INEC Lists Hurdles to Anambra, 2023 Elections

Chuks Okocha in Abuja

Ahead of the governorship election in Anambra State and the 2023 general election, the Independent National Electoral Commission (INEC) has identified five critical areas of concern and challenges likely to confront the commission in the conduct of the elections.

According to the INEC National Commissioner in charge of Voter Education and Publicity, Mr. Festus Okoye, these areas of concern include, expanding voter access to Polling Units in the context of a growing population and the growth of new settlements across the country; and validation of the Voters roll and Continuous Voters Registration (CVR) in the shadow of the COVID- 19 pandemic.

Others are repeal and re-enactment of a new Electoral Act that would guarantee the conduct of free, fair, transparent elections; deepening technology in the electoral process and rolling out Electoral Voting Machines for the Anambra State Governorship election.

Okoye said that equally of great concern to the commission is how to increase voter turnout in future elections and how to effectively manage electoral success recorded in the last two off -season elections in Edo and Ondo states.

Okoye spoke Saturday in Leggings, Nasarawa State at the close of a five-day Workshop for Review of INEC Voter Education Manual .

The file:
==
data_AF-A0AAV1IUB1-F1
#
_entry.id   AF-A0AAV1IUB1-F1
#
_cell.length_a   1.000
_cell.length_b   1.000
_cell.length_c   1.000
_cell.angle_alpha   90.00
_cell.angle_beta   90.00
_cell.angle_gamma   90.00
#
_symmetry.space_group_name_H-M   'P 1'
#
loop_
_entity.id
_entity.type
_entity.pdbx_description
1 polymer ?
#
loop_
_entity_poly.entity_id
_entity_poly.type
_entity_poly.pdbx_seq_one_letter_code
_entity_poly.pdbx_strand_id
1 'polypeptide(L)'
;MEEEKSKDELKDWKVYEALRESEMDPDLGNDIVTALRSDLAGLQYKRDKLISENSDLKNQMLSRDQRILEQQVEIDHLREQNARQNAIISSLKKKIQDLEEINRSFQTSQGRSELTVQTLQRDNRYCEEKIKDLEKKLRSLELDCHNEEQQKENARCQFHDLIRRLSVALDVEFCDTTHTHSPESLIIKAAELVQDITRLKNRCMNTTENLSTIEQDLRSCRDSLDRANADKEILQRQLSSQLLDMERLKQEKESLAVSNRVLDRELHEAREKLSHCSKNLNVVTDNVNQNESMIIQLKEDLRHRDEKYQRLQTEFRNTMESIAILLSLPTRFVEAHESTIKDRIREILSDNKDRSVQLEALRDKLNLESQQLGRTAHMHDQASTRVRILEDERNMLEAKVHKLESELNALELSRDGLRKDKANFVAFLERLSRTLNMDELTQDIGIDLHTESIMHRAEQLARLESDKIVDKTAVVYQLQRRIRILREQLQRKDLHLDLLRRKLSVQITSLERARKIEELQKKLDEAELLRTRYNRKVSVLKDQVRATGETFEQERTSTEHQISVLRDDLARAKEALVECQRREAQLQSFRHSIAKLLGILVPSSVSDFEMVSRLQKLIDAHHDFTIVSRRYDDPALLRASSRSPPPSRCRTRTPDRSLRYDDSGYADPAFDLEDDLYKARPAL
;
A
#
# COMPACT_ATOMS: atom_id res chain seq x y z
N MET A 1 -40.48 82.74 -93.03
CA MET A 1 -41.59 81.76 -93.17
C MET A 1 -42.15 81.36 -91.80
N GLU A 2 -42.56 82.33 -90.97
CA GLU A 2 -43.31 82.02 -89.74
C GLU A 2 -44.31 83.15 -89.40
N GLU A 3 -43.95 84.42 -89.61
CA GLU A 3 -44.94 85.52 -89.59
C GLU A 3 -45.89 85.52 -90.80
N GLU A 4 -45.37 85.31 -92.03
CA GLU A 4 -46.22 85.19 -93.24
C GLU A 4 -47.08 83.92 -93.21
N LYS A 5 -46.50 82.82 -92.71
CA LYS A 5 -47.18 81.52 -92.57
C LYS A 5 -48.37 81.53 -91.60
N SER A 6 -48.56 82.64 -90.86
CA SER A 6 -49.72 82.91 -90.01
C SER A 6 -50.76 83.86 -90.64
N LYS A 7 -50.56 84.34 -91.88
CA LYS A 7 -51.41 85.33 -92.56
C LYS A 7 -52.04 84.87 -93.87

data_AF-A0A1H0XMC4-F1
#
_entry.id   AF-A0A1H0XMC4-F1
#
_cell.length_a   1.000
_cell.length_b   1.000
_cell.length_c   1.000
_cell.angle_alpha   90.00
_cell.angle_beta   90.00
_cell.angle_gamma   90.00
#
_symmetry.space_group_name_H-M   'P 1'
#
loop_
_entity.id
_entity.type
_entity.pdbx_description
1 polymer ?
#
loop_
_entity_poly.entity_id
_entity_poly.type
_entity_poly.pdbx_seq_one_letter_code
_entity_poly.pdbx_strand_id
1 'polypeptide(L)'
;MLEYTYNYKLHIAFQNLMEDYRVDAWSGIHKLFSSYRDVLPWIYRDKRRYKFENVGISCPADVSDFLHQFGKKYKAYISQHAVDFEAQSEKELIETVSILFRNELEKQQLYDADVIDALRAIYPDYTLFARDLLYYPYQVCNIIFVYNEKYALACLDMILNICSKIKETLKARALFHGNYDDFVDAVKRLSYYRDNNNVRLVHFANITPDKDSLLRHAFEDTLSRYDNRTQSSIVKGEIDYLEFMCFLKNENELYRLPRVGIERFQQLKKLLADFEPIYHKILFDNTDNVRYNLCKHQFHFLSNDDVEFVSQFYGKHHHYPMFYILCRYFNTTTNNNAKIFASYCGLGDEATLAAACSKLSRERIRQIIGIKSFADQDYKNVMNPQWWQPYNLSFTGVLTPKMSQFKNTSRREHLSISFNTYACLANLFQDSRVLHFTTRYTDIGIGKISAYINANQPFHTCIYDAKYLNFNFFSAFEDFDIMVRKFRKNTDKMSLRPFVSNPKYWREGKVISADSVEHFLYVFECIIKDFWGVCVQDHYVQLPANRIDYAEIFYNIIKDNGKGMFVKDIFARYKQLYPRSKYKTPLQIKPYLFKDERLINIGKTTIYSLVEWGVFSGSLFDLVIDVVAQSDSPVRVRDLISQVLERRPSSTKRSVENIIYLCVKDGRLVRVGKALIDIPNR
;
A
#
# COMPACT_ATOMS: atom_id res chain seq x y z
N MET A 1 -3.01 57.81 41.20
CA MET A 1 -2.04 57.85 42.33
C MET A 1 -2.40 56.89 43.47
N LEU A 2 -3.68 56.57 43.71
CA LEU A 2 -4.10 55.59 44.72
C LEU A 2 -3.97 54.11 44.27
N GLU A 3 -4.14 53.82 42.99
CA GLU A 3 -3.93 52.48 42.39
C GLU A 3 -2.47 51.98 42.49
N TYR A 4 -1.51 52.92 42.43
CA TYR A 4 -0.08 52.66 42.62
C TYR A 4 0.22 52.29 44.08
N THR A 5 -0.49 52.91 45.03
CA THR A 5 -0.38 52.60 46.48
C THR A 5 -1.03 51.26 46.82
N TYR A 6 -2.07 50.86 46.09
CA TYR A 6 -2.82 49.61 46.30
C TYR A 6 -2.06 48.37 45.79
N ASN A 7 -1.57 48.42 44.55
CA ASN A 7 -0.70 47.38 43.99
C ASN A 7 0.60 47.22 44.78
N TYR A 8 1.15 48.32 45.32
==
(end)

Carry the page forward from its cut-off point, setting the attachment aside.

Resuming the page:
INEC Voter Education Manual is being reviewed by the Department of Voter Education and Publicity (VEP) with the aim of identifying and including best methods of designing voter education messages to increase citizens participation in the electoral process.

The is supported by the Westminster Foundation for Democracy.

Okoye said for the commission to achieve the concerns enumerated above, the department (VEP) must design new, creative and innovate messages that would address the electoral concerns and challenges of the youth and students population.

He reminded VEP Staff that in designing voter education messages they must be able to compete effectively on the social media and “our narratives and messages must be clear, concise and believable.”

Okoye said while designing voter education messages, “INEC must take on board societal changes and dynamics” and urged the participants to design new methodologies of delivering Civic and Voter Education in the context of a pandemic.

He informed participants that the commission has resolved to sustain the momentum of the successes recorded in the Edo and Ondo governorship elections and also increase voter turnout in elections through the provision of access to the Polling Units.

Realising the fact that the commission cannot succeed alone in the task of conducting successful elections, the commissioner said, “we must build multi-sector coalitions for the sustenance of the electoral process and consolidation of democracy.”

On the issue of voter register, Okoye said that the commission is determined to clean up the voters’ register and register all those that are eligible and constitutionally qualified to be registered.

The commissioner commended the department for its robust voter education and publicity activities in the past years which led to the successes recorded by the commission, adding that, “without VEP, we would not have achieved the new face of INEC.”

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